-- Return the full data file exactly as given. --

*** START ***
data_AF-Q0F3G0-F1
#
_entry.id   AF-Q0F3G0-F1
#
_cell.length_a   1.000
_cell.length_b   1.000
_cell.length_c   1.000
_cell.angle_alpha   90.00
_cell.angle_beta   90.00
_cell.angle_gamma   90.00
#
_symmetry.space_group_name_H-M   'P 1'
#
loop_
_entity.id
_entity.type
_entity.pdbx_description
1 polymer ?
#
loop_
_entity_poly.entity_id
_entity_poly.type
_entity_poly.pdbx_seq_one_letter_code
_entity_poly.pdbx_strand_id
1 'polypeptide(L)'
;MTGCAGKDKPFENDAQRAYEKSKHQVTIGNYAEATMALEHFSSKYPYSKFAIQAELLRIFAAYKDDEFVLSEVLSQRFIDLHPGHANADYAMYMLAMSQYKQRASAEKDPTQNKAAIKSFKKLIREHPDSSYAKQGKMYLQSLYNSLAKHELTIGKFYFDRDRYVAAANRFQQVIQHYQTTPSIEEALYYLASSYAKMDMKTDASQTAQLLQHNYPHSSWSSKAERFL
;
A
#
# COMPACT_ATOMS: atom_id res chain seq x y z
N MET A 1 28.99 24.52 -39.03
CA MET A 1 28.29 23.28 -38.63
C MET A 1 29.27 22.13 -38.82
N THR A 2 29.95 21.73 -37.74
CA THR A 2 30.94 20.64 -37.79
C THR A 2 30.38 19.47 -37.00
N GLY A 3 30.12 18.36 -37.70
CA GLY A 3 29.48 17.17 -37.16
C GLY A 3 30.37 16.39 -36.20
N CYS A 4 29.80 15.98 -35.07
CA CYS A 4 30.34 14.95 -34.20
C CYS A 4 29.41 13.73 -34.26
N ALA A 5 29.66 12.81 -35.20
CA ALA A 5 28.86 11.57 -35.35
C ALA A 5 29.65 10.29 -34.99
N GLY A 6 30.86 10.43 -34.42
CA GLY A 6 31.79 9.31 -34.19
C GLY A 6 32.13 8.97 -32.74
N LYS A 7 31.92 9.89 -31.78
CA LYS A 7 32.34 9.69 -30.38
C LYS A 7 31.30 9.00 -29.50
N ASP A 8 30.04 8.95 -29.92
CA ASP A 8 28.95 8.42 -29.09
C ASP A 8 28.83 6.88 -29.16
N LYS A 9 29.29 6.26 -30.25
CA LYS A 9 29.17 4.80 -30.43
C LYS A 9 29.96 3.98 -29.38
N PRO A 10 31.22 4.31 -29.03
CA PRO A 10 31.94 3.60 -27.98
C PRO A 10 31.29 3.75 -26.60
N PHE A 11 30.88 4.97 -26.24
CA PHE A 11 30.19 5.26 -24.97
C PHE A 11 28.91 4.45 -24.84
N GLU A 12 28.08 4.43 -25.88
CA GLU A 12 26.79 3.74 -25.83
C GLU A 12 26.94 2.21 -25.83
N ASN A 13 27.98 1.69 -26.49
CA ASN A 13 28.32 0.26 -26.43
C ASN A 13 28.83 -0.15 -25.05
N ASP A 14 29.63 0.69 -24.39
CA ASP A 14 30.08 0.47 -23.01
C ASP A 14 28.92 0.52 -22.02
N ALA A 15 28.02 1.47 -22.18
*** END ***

data_AF-Q0F3G0-F1
#
_entry.id   AF-Q0F3G0-F1
#
_cell.length_a   1.000
_cell.length_b   1.000
_cell.length_c   1.000
_cell.angle_alpha   90.00
_cell.angle_beta   90.00
_cell.angle_gamma   90.00
#
_symmetry.space_group_name_H-M   'P 1'
#
loop_
_entity.id
_entity.type
_entity.pdbx_description
1 polymer ?
#
loop_
_entity_poly.entity_id
_entity_poly.type
_entity_poly.pdbx_seq_one_letter_code
_entity_poly.pdbx_strand_id
1 'polypeptide(L)'
;MTGCAGKDKPFENDAQRAYEKSKHQVTIGNYAEATMALEHFSSKYPYSKFAIQAELLRIFAAYKDDEFVLSEVLSQRFIDLHPGHANADYAMYMLAMSQYKQRASAEKDPTQNKAAIKSFKKLIREHPDSSYAKQGKMYLQSLYNSLAKHELTIGKFYFDRDRYVAAANRFQQVIQHYQTTPSIEEALYYLASSYAKMDMKTDASQTAQLLQHNYPHSSWSSKAERFL
;
A
#
# COMPACT_ATOMS: atom_id res chain seq x y z
N MET A 1 28.99 24.52 -39.03
CA MET A 1 28.29 23.28 -38.63
C MET A 1 29.27 22.13 -38.82
N THR A 2 29.95 21.73 -37.74
CA THR A 2 30.94 20.64 -37.79
C THR A 2 30.38 19.47 -37.00
N GLY A 3 30.12 18.36 -37.70
CA GLY A 3 29.48 17.17 -37.16
C GLY A 3 30.37 16.39 -36.20
N CYS A 4 29.80 15.98 -35.07
CA CYS A 4 30.34 14.95 -34.20
C CYS A 4 29.41 13.73 -34.26
N ALA A 5 29.66 12.81 -35.20
CA ALA A 5 28.86 11.57 -35.35
C ALA A 5 29.65 10.29 -34.99
N GLY A 6 30.86 10.43 -34.42
CA GLY A 6 31.79 9.31 -34.19
C GLY A 6 32.13 8.97 -32.74
N LYS A 7 31.92 9.89 -31.78
CA LYS A 7 32.34 9.69 -30.38
C LYS A 7 31.30 9.00 -29.50
N ASP A 8 30.04 8.95 -29.92
CA ASP A 8 28.95 8.42 -29.09
C ASP A 8 28.83 6.88 -29.16
N LYS A 9 29.29 6.26 -30.25
CA LYS A 9 29.17 4.80 -30.43
C LYS A 9 29.96 3.98 -29.38
N PRO A 10 31.22 4.31 -29.03
CA PRO A 10 31.94 3.60 -27.98
C PRO A 10 31.29 3.75 -26.60
N PHE A 11 30.88 4.97 -26.24
CA PHE A 11 30.19 5.26 -24.97
C PHE A 11 28.91 4.45 -24.84
N GLU A 12 28.08 4.43 -25.88
CA GLU A 12 26.79 3.74 -25.83
C GLU A 12 26.94 2.21 -25.83
N ASN A 13 27.98 1.69 -26.49
CA ASN A 13 28.32 0.26 -26.43
C ASN A 13 28.83 -0.15 -25.05
N ASP A 14 29.63 0.69 -24.39
CA ASP A 14 30.08 0.47 -23.01
C ASP A 14 28.92 0.52 -22.02
N ALA A 15 28.02 1.47 -22.18